What's in Bloom

What's in Bloom Archives

Euonymus Emerald Gold

Euonymus Emerald Gold

Although Emerald Gold can achieve somewhat larger dimensions by maturity (if left unpruned), these shrubs are most often pruned to be kept compact. With their low-mounding habit, Emerald Gold can function as a groundcover as shown in our garden.

Grow them in well-drained soils either in the sun or shade, however they will produce their best color display if planted in full sun.

Nelly Moser Hybrid Clematis

Nelly Moser Clematis

This Clematis has enormous flowers, 8 to 9 inches across, which completely cover the vines from May through frost. Its vivid colors make the blossoms look tropical, but clematis is tough and hardy and is nearly carefree once established.

It requires a support and climbs 8 to 12 feet. Like all other Clematis it does best when planted in full sun with roots shaded.

You can find it growing on the archway between the Vegetable and Fountain Gardens.

Chocolate Chip Ajuga

Chocolate Chip Ajuga - This low growing ground cover offers both fetching foliage and showy flowers. Its narrow leaves are enticing shades of plum and chestnut. When not in bloom, Chocolate Chip Ajuga may be walked on with no fear of damaging its foliage.

Three inch spikes of frothy blue blossoms are produced in spring and sometimes reoccur in milder climates. Set against the darker leaves, these blue flowers really pop. This is a fast growing favorite that spreads rapidly by runners and makes a mat of dense, dark green foliage.

Chocolate Chip is a dwarf form that grows just 2-3 inches high but spreads up to 3 feet wide. Count on it to crowd out those pesky weeds. This plant will adapt to almost any garden or landscape locale.

Bloodgood Japanese Maple

Bloodgood Japanese Maple

This Japanese maple has a round shape with a height and spread of about 20 feet, making it nicely suited to residential landscapes. Its popularity is due mostly to the leaves, which stay red for most of the summer.

Leaves turn greenish red during hot weather in the southern part of its range. The multiple trunks are muscular-looking, picturesque, grey and show nicely when lighted at night. Fall color is reddish and less striking than other Japanese maples. Lower foliage branches can be thinned to display the attractive bark and trunk structure.

This beautiful tree can be seen from our outside teaching classroom.

Fothergilla Gardenii 'Blue Shadow'


In April, Fothergilla shows off it's dazzling bottlebrush flowers.

This plant has proven to be a showstopper. This alluring plant cries out for attention with its beautiful spring flower display, gray-blue summer foliage and exceptional, rich-red leaves in fall.

Of all its favorable attributes, the striking blue hue is what really sets this Fothergilla apart. It's a winner in landscapes and provides a sharp color contrast to companion plants, particularly those with golden foliage. 'Blue Shadow' forms a dense network of angular stems.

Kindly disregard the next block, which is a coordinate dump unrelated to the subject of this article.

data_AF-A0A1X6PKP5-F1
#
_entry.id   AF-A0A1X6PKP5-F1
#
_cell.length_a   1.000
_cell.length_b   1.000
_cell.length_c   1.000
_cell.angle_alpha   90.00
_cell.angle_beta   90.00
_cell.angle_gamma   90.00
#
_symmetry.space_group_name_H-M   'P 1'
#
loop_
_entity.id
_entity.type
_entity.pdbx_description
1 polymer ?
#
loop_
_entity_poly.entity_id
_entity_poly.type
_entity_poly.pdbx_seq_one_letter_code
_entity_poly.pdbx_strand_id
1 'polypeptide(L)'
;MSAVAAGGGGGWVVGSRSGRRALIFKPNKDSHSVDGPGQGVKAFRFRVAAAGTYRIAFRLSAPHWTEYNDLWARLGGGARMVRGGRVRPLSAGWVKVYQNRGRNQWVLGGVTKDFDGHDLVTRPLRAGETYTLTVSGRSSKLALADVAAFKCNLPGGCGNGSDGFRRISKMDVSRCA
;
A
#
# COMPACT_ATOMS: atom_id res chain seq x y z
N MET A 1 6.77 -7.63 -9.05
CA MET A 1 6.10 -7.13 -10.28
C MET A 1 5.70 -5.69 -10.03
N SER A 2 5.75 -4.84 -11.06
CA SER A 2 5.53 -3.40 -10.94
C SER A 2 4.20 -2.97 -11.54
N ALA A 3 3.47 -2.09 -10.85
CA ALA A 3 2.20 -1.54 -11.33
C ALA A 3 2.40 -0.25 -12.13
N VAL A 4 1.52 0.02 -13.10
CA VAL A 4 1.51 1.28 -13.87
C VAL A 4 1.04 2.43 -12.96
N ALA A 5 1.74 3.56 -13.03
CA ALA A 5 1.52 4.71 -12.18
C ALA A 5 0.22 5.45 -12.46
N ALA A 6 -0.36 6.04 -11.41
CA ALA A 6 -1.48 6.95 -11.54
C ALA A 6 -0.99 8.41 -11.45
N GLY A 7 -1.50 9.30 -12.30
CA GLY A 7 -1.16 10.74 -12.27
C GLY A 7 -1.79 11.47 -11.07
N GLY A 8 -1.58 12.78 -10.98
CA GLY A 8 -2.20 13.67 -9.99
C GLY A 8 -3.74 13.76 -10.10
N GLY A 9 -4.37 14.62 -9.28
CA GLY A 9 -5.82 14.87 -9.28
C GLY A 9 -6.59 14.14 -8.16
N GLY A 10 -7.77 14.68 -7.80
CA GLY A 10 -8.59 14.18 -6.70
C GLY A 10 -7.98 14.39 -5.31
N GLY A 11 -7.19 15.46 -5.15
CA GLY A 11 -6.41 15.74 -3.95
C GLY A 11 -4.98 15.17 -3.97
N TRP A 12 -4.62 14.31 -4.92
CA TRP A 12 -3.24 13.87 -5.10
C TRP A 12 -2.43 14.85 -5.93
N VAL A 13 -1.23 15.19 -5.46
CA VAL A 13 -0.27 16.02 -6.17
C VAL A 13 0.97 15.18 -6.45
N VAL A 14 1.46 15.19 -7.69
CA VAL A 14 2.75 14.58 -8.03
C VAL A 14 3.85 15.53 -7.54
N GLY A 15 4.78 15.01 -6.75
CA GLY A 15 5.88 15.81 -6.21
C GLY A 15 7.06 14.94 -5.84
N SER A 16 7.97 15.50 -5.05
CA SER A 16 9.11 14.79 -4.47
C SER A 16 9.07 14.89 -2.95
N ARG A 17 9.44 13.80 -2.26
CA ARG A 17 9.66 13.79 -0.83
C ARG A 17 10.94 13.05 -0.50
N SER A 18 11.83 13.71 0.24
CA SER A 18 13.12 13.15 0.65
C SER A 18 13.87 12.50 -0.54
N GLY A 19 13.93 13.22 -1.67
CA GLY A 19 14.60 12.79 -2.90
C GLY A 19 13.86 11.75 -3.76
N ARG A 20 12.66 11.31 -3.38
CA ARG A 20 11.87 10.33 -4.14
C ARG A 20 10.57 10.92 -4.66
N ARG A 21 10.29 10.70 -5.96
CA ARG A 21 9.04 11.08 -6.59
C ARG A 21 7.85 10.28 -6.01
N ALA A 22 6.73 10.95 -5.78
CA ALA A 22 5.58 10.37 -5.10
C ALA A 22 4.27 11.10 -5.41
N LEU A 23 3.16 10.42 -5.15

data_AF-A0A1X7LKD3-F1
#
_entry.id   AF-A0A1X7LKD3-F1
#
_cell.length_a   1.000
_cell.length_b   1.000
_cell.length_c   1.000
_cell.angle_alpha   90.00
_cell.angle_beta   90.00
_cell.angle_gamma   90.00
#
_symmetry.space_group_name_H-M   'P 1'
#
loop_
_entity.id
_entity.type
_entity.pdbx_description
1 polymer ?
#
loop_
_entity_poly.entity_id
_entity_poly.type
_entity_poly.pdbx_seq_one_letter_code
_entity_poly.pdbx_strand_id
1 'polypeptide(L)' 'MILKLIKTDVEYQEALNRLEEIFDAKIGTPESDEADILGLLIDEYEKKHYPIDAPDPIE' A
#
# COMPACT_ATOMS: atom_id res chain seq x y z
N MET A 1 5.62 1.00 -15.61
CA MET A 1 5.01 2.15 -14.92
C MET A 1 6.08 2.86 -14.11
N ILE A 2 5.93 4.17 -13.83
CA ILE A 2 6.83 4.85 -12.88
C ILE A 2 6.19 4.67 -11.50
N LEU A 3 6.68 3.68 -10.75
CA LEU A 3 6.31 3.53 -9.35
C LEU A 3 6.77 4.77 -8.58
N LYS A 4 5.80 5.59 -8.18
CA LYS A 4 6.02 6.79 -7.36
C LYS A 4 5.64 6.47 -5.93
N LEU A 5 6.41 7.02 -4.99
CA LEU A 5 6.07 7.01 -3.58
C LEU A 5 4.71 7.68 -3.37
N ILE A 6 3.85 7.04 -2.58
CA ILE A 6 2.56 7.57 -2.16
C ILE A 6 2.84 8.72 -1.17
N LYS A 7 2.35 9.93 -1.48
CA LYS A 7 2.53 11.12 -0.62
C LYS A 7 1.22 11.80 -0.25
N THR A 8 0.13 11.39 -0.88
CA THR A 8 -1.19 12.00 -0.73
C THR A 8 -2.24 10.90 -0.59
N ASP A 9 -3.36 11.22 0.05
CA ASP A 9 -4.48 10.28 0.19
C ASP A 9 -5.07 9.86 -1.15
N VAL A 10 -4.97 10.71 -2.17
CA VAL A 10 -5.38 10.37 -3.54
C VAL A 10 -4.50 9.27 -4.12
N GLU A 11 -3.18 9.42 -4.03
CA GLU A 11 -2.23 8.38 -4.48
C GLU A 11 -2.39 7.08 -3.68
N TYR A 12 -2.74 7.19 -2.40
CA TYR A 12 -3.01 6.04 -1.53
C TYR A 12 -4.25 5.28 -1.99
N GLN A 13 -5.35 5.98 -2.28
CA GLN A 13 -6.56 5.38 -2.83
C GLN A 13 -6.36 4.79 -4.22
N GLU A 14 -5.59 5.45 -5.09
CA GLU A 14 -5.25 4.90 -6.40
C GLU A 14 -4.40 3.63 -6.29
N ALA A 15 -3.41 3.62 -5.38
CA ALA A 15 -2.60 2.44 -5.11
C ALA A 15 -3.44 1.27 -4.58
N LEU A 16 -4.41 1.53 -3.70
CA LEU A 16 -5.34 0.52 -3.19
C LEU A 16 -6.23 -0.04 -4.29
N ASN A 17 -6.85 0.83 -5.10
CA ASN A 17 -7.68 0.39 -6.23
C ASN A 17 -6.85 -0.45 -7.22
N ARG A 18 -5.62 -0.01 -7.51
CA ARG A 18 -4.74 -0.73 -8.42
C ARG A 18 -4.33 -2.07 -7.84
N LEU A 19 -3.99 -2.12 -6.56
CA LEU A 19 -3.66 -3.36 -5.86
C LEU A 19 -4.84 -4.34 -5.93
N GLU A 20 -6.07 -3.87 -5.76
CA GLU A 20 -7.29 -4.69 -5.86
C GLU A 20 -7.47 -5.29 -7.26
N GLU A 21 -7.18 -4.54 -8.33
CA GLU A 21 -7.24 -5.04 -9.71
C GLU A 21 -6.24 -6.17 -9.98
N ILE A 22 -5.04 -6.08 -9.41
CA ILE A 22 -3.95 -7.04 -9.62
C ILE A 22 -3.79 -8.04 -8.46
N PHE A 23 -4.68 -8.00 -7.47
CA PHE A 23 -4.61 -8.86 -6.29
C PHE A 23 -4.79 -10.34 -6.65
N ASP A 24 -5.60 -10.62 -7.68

It's an upright grower that broadens with age, eventually becoming 5-6 feet high and wide. It is tolerant of both full sun and partial shade. A semi-shade location will result in a more open habit.

Like other Fothergilla, 'Blue Shadow' is native to the Southeast and has no known disease or insect susceptibilities and thrives in somewhat acidic soil with good moisture and adequate drainage.

In April to early May, 'Blue Shadow' will dazzle bystanders with honey-scented, bottlebrush flowers. Outstanding blue leaves soon follow. In mid-October to late November, fall colors appear. Rich red dominates and is often accompanied by shades of orange and dark yellow, so this plant has seasonal interest galore.

You can find this wonderful plant in full spring bloom in our Boulder Garden and as a container plant near the greenhouse.

Oklahoma Redbud

Oklahoma Redbud

This Redbud is highly drought tolerant once established and grows well in all areas within its hardiness range of 6B thru 9A. The deep pink to red flowers appear in profusion up and down the tree limbs in springtime, well before the leaves begin to emerge, creating probably one of the best Redbud displays. It also has a subdued red-burgundy fall color. As a young tree it will benefit from some training and pruning to form an upright, more uniform crown.

You can find it across the path at the top of the Boulder Garden next to the fence.

Oklahoma Redbud Blossom

Ruby Falls Weeping Redbud

Ruby Falls Weeping Redbud

Fantastic new Weeping Redbud variety with dramatic foliage color. Ruby Falls blooms prolifically in early spring when bunches of tiny, hot pink, rose-purple, pea-like flowers accentuate the bare, pendulous branches and trunks for 2-3 weeks before the foliage emerges.

As the year progresses rich ruby-purple leaves appear, gradually changing to deep green during the summer. In the fall the foliage changes to bright yellow. With its unique and elegant weeping habit, this plant is perfect for small gardens, lawns or woodland gardens. This tree can grow up to 6' with a 4' spread. It’s the first weeping purple redbud developed. Minimal pruning is needed.

You can find this tree in our entry garden next to the steps leading to our annual display beds.

Photos by Marc Schreiber
last updated April 10, 2014